JIS News

Jamaica now has a legal framework in place to test its athletes for banned substances, following the passage of the Anti-Doping In Sport Act 2008, in the Senate on July 25.
Attorney General and Minister of Justice, Senator Dorothy Lightbourne, who piloted the Bill in the Upper House, said the Bill was timely, as “Jamaica gets ready to compete this year at the Olympics in Beijing, China.”
“The Bill is intended to provide a strong framework for Jamaica’s anti-doping programme, to ensure that our athletes are assured of an environment which continues to nurture, celebrate and secure their sporting excellence, free from the taint or question of the doping enhanced performances, which sadly, our athletes have competed against in the past. Practices which now pose a threat to the integrity, value and viability of sporting competitions,” Senator Lightbourne said.
She noted that with this legislation, Jamaica would maintain its enviable position in sports, with its impeccable standards, reputation and record, and that the Government would be vigilant in ensuring that “the playing field is level and remains level.”
“It is having regard to these commitments that the Government adopted the World Anti-Doping Code, which among other things, provides for an international framework and standard for anti-doping policies, rules and regulations,” the Senator pointed out.
She informed further that it was for this same reason that Jamaica became signatory to the United Nations Educational, Scientific and Cultural Organization (UNESCO) International Convention Against Doping in Sport; is party to the Copenhagen Declaration on Anti-Doping in Sport; and in 2005, developed the Jamaica Policy Against Doping in Sport. “It is within this context that the Government of Jamaica, with the passage of this legislation, will put in place all the remaining national mechanisms to effectively ensure the right of all athletes to participate in doping-free sport,” the Senator said.
The Bill seeks to formally establish a Jamaica Anti-Doping Commission (JADCO), which will implement the policies and programmes of the Government against doping in sport with functions inclusive of planning, implementing and the monitoring of information and education programmes.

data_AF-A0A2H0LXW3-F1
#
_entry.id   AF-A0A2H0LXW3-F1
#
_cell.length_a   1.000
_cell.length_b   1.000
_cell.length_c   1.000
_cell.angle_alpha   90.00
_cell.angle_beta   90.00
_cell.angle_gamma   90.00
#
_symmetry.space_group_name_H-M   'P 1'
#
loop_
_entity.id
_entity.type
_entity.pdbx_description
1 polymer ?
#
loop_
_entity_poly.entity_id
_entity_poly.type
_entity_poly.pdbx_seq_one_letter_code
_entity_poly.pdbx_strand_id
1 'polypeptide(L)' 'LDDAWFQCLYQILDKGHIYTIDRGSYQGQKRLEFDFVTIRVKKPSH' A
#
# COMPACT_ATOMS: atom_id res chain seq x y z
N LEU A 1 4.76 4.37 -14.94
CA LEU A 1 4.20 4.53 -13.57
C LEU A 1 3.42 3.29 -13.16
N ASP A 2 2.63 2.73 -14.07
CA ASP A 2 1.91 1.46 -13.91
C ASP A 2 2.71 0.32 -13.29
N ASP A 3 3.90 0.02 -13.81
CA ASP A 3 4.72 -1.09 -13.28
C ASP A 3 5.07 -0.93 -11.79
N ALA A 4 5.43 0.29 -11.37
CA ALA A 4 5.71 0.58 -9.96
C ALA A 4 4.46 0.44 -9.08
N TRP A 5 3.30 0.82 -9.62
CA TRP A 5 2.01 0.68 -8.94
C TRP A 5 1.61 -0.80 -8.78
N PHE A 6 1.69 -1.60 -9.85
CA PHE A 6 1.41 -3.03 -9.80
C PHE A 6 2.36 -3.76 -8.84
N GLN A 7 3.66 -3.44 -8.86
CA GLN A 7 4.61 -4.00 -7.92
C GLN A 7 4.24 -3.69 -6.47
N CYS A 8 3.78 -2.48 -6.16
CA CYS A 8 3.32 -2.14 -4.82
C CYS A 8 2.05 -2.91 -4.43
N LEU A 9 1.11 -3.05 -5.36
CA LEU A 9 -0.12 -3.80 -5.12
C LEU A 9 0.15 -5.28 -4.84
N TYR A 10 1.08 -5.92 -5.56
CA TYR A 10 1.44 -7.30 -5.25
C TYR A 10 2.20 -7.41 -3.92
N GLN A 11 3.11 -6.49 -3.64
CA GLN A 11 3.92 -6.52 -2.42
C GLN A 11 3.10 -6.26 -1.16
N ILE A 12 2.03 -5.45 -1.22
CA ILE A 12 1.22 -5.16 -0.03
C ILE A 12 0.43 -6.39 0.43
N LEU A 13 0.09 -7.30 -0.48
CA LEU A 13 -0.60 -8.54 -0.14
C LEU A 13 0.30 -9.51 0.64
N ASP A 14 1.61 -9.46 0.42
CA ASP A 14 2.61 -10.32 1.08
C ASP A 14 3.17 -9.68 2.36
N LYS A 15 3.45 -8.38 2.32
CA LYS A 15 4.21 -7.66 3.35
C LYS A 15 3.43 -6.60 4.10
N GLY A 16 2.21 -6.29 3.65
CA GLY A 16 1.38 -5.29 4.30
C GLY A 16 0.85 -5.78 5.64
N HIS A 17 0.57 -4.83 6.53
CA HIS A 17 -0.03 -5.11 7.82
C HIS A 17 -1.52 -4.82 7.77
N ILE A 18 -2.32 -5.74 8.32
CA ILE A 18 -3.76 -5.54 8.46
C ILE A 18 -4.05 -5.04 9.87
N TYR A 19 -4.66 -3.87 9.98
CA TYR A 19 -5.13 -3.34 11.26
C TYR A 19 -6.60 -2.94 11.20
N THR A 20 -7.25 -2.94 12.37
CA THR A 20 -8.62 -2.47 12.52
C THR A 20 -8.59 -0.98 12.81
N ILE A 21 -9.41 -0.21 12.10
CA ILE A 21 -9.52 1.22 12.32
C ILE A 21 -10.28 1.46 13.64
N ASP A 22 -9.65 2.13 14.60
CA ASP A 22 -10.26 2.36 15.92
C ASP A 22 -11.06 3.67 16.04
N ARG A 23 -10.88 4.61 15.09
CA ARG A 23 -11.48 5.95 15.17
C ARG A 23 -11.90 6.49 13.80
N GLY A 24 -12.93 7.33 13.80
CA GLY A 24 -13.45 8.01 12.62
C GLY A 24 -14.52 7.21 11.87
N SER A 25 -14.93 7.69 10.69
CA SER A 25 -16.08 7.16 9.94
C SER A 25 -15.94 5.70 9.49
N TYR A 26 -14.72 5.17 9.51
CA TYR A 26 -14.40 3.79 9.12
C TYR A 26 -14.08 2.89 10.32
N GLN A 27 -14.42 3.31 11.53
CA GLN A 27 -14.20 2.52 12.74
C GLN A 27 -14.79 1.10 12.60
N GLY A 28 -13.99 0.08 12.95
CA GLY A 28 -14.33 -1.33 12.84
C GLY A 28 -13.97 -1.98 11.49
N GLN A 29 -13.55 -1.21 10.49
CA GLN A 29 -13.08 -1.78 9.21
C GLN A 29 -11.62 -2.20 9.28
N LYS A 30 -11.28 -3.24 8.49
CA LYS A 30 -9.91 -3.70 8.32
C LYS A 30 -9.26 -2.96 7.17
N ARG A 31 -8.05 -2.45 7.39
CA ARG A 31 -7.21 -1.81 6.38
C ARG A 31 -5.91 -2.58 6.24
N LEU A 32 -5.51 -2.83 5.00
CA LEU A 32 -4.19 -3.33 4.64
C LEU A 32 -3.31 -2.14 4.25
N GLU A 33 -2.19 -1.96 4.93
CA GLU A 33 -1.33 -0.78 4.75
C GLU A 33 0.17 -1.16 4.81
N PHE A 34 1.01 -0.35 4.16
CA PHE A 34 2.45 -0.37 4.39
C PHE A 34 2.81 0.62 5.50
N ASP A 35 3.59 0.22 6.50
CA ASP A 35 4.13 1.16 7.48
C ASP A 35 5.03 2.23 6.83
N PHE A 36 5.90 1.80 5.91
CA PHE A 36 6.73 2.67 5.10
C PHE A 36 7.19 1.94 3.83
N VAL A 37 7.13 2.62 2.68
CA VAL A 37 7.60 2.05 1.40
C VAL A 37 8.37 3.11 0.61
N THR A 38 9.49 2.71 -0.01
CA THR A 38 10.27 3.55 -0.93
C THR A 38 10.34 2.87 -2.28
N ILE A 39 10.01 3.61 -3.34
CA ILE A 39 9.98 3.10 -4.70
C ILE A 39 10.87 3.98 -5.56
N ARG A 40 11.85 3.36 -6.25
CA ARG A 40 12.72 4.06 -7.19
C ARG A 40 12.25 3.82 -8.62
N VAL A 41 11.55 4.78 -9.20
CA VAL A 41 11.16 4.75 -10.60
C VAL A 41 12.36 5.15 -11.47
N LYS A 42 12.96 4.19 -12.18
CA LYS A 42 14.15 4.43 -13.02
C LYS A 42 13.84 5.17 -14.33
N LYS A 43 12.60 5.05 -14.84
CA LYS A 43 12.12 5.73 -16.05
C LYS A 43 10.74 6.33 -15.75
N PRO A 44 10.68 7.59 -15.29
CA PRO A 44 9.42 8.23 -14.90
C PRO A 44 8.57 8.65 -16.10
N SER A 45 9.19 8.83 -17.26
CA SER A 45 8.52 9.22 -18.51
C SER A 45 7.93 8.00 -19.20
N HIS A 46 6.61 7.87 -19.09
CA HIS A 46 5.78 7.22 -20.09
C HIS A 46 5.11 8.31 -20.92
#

“These programmes will focus on health, prohibited methods and substances, nutritional supplements, the consequences of doping and the harm of doping to the ethical value of sport,” Miss Lightbourne said.
The Commission will be responsible for establishing a database for the registered testing pool for all Jamaican athletes and for notifying athletes and the relevant national sporting organizations of entries made to the register. It will also be required to test athletes and give notification of results, in keeping with bilateral or multilateral agreements.
“This Commission will co-operate with testing and education initiatives of the World Anti-Doping Agency (WADA) and anti-doping organizations. It will conduct research concerning doping in sport; consult, advise and assist the Government of Jamaica, overseas Governments, non-Governmental bodies and persons on any matter connected with doping in sport, in order to promote the adoption of uniformed, international testing procedures,” the Senator informed.
The Bill also provides for the establishment of the Jamaica Anti-Doping Disciplinary Panel; the Jamaica Anti-Doping Appeal Tribunal; and the Jamaica Anti-Doping Therapeutic Use Exemptions.
Miss Lightbourne commended the previous Minister of Sports, Opposition Leader, Portia Simpson Miller, “under whose leadership work on the Bill was initiated and who gave support for its successful completion.”